Silas Martí

  • View of “Lado a Lado,” 2016.
    picks May 16, 2016

    Willys de Castro

    The work of Willys de Castro is less silent than we assume. Sparsely hung with only two or three artworks in each of the exhibition’s four rooms, the Neo-concrete artist’s latest solo show gives his “Objeto Ativo” (Active Object) series, 1959-1962, enough space to breathe. Some of his most famous and influential pieces are on display, and the slender pieces of wood covered in geometric patterns engage with poems by the artist—many unknown until now—that are shown alongside the works.

    Lado a Lado,” Portuguese for “side by side,” is the title of one such poem and also the name of the exhibition.

  • Left: Alice Weiner and artist Lawrence Weiner. Right: Artist Paulo Nazareth and dealer Matthew Wood. (Except where noted, all photos: Silas Martí)
    diary September 08, 2014

    Slow Burn

    IF THE HUSTLE AT PARTIES and the hypnotic glut of Instagram are trustworthy barometers, then the opening week of the Thirty-First Bienal de São Paulo was noticeably slower, less lavish, and less aggressive in its social engagements than any in recent memory.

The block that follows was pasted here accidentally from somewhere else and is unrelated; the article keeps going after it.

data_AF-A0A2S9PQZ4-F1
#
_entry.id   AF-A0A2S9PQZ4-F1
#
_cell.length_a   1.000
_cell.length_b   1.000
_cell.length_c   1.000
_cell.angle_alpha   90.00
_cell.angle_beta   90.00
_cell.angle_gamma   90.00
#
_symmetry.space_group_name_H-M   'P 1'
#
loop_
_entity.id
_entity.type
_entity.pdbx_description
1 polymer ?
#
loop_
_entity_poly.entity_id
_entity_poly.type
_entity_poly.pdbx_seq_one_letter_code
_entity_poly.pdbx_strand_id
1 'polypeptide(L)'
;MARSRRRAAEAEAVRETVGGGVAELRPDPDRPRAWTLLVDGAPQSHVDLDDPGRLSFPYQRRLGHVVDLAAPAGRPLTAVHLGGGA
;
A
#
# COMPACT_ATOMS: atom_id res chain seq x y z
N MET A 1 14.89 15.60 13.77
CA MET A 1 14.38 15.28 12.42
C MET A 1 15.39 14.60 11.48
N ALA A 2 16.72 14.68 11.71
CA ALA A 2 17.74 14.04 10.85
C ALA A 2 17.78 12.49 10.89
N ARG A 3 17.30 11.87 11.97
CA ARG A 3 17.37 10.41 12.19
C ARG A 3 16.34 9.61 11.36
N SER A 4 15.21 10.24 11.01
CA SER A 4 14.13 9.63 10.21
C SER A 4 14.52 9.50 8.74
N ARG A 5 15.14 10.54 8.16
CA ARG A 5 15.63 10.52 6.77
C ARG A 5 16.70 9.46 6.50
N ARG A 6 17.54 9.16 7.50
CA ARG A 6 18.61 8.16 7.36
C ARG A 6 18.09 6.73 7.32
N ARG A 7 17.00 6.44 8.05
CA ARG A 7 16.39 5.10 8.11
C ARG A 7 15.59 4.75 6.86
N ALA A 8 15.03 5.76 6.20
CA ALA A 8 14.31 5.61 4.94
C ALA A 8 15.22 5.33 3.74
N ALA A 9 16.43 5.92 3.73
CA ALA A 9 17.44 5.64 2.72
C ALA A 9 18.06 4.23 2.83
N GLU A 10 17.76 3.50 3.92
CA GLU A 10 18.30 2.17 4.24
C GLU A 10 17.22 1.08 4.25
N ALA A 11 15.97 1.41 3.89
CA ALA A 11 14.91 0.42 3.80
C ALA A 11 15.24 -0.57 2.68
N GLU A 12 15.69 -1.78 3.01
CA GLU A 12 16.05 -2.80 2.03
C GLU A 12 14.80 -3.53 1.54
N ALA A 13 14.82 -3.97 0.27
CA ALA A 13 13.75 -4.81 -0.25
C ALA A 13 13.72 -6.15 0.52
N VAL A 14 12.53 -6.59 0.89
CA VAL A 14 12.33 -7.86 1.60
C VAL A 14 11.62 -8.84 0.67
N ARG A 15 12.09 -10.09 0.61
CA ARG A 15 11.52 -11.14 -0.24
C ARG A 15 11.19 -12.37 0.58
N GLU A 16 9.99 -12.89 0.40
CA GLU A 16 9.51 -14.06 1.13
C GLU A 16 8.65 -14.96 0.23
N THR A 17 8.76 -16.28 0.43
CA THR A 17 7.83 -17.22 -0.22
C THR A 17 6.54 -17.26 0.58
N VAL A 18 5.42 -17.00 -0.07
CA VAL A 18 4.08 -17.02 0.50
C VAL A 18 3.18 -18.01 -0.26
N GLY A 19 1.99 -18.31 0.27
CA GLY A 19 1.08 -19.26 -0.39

Indeed, things seemed a little too quiet in the days leading up to the inauguration. But then on August 28, artists in the show, titled “How to (…) things that don’t exist,” launched an open letter protesting Israeli financial support of the biennial, which some participants, like Tony Shakar and the duo Basel Abbas and Ruanne Abou-Rahme,

  • Left: Bienal do Mercosul curator Sofía Hernández Chong Cuy and artist Fernanda Laguna. Right: Artist Aleksandra Mir's installation on the bay of the Guaíba lake in Porto Alegre. (All photos: Silas Martí)
    diary September 21, 2013

    Weather or Not

    IT WAS A BRIGHT, scorching day in Porto Alegre. The sun was high in the cloudless sky, no wind. You could have fried an egg on the pavement—nothing like the wintry feel the southernmost capital city in Brazil usually boasts this time of year. It was last Wednesday, and Sofía Hernández Chong Cuy, the Mexican curator in charge of the ninth installment of the Bienal do Mercosul, was piling into a helicopter with a photographer and curator Raimundas Malasauskas. She wanted to get a bird’s-eye view of Aleksandra Mir’s “secret” work: a pile of garbage made to look like a satellite fallen from the sky,